Gorton, Grizzlies eye strong second half

Victoria Grizzlies’ Jack Gorton, right, checks Surrey Eagles,Anta Zlomislic at The Q Centre this month. DARREN STONE, TIMES COLONIST

Brian Drewry
about 6 hours ago

When Victoria Grizzlies forward Jack Gorton walks onto the Boston University campus to play NCAA hockey for the Terriers, he might want to keep quiet about what his dad does for a living.

After all, when your dad is the hockey boss for the most hated NHL team in Boston, probably best to keep that on the down-low.

“Ya, that should be fun,” laughed Gorton, whose dad Jeff was named vice-president, hockey operations for the Montreal Canadiens last month.

Jack Gorton is back in Victoria after an eight-day Christmas break and he and the Grizzlies are preparing for Saturday night’s B.C. Hockey League game against the Powell River Kings at The Q Centre. Gorton took the time off at home in Granite Springs, New York, to mull over a couple of serious NCAA scholarship offers. But it didn’t take too much time to decide on Boston University, a school that has produced such NHLers as Jack Eichel, Charley McAvoy and Clayton Keller and plays in the annual Beanpot Tournament at the home of the Bruins, TD Garden, along side Boston College, Northeastern University and Harvard. The big selling point being Gorton will be heading to his birthplace. And of course, the home of the Red Sox and Patriots.

“It was a tough decision but I have a lot of relatives in the Boston area because my dad grew up 10 minutes from there and I spent a lot of time there as a kid,” said 19-year-old Gorton, who lived in the Boston area until age nine, when his family moved to New York after Jeff Gorton was hired by the Rangers.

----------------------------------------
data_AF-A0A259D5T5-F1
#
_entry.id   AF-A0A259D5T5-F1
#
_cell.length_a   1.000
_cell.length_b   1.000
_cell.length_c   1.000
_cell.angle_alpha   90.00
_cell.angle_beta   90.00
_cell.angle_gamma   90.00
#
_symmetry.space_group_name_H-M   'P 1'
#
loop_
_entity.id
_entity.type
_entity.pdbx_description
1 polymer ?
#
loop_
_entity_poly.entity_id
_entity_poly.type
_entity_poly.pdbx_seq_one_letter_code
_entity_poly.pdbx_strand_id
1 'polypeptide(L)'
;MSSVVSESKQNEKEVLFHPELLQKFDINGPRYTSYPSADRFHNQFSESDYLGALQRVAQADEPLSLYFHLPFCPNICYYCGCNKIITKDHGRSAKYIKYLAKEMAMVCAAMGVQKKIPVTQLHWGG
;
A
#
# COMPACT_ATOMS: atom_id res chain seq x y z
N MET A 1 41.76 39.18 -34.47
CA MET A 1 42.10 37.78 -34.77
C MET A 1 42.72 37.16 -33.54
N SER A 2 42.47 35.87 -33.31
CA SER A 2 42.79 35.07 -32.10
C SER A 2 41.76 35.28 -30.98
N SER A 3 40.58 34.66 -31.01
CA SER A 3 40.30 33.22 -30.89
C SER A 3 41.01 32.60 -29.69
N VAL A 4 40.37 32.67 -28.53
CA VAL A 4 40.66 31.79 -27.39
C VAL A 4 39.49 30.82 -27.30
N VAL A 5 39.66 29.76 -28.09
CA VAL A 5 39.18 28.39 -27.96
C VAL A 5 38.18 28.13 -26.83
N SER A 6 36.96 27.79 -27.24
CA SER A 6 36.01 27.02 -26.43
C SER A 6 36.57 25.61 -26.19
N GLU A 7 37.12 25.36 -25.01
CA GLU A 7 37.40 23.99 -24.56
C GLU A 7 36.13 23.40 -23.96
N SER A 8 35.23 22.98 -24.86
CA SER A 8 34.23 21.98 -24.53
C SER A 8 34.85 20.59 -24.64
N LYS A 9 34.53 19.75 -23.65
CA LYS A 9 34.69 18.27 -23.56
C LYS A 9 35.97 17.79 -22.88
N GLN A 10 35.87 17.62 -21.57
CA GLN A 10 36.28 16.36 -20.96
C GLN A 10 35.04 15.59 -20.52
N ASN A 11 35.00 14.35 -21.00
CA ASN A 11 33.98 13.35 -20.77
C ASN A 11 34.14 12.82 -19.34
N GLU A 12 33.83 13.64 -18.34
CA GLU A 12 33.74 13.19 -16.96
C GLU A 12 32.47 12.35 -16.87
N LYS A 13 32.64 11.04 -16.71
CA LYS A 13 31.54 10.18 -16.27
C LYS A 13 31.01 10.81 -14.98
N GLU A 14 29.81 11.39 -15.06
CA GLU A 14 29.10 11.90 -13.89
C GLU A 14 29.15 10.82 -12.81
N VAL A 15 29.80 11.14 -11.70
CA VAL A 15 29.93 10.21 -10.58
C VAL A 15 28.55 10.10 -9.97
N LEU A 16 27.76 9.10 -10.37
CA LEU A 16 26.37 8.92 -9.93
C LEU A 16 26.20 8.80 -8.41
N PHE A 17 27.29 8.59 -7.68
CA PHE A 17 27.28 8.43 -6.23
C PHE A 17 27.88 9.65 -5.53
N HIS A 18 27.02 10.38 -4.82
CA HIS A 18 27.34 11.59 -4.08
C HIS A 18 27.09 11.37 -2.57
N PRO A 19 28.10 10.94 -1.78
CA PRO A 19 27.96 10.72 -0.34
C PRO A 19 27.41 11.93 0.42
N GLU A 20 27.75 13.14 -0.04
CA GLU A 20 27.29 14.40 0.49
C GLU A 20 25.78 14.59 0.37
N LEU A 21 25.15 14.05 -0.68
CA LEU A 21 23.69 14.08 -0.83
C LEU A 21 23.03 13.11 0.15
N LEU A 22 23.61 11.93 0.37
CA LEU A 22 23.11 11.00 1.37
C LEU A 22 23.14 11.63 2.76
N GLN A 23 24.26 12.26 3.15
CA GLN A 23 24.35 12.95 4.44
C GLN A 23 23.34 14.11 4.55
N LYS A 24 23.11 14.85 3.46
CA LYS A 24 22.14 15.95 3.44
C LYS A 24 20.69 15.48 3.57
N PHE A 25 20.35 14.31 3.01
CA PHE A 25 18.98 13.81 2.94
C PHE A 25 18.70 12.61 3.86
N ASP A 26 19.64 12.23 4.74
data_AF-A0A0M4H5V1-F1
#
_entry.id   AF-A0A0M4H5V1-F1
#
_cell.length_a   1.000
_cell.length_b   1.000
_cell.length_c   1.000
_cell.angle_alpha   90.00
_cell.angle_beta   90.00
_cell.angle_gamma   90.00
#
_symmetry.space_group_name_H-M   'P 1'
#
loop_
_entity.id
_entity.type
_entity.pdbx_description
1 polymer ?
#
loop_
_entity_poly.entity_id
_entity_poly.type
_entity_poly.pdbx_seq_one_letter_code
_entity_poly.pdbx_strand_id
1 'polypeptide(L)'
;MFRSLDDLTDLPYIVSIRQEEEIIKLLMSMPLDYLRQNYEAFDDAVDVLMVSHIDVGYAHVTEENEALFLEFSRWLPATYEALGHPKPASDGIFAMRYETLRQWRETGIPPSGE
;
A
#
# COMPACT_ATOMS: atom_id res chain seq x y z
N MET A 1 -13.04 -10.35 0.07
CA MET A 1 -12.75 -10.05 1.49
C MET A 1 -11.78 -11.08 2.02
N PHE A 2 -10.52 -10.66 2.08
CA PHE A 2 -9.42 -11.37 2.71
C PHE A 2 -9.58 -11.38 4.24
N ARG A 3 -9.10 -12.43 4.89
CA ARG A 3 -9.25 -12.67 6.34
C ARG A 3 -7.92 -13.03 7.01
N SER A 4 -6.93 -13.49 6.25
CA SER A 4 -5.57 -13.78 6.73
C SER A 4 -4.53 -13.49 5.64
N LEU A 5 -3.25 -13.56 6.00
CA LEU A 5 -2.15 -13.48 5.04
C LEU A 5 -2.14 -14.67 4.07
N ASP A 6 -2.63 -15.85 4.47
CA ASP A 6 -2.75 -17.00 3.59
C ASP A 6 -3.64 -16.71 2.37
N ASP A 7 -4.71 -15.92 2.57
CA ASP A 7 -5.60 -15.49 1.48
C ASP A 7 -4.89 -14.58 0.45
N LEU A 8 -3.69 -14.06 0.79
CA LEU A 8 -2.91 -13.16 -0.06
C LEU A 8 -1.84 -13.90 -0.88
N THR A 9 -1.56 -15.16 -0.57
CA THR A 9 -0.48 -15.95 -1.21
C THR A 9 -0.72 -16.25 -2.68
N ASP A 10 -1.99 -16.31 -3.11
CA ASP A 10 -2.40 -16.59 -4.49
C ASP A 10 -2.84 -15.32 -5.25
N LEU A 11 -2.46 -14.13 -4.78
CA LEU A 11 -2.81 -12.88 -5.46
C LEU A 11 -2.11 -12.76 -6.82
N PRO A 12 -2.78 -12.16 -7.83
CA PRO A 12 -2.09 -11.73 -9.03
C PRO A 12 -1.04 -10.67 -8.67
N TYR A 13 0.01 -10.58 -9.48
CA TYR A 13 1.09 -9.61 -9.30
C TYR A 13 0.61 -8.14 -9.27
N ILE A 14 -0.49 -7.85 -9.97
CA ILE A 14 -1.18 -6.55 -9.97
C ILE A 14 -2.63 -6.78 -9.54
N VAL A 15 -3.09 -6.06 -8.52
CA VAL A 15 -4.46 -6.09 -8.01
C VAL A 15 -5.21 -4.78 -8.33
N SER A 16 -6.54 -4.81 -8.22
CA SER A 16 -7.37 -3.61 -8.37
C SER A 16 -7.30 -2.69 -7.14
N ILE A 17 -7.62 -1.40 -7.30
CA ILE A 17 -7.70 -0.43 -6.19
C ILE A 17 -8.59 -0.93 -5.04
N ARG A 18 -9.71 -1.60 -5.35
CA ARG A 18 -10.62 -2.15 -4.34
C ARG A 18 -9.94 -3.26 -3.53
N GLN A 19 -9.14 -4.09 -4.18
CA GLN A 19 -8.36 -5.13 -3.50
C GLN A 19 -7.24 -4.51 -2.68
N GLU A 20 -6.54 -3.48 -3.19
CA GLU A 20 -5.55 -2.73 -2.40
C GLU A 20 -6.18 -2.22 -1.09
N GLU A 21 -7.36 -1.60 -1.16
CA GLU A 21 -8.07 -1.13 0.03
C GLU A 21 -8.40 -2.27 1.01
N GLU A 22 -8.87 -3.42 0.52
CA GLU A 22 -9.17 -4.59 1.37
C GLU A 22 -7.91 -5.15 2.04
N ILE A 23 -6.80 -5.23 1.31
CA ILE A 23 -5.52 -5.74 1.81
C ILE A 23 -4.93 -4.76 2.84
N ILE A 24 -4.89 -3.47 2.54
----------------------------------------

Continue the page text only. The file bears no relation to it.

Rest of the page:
“I’ve always wanted to play college hockey and thought the best place to do it was Boston. My dad always took me to BU games whether it was at their rink or the Beanpot so it has always been a dream of mine to play for them. And I’m a huge Red Sox fan of course, and the BU campus is just three blocks from Fenway [Park].”

Gorton, who likely won’t wear the red and white of the ­Terriers until the fall of 2023, admittedly got off to a slow start in his first year in the BCHL — he has three goals and five assists in 25 games — but the six-foot-three, 190-pound winger is relieved to have the scholarship pressure off him now so he can concentrate on helping the Grizzlies (13-14-0-0) climb the Coastal Conference standings and gear up for playoffs.

“Jack took a little while to get accustomed to the league but he has really come on recently and the scholarship is well deserved,” said Grizzlies GM and head coach Craig Didmon.

“With his size and offensive tools he is quickly maturing into a solid power forward in our league.”

Saturday’s contest is the first of two straight against the Kings (9-14-2-0), with the two teams meeting next Wednesday night in Powell River. It’s also just the second time this season the Grizzlies and Kings will face each other, with Victoria winning the first game 6-4 in mid-November.

“We haven’t seen them in a while but we know they’re a fast team that plays hard so we’ll have to match their intensity,” said Didmon. “We’ve had a good couple of practices and the boys are looking forward to getting back to game action.”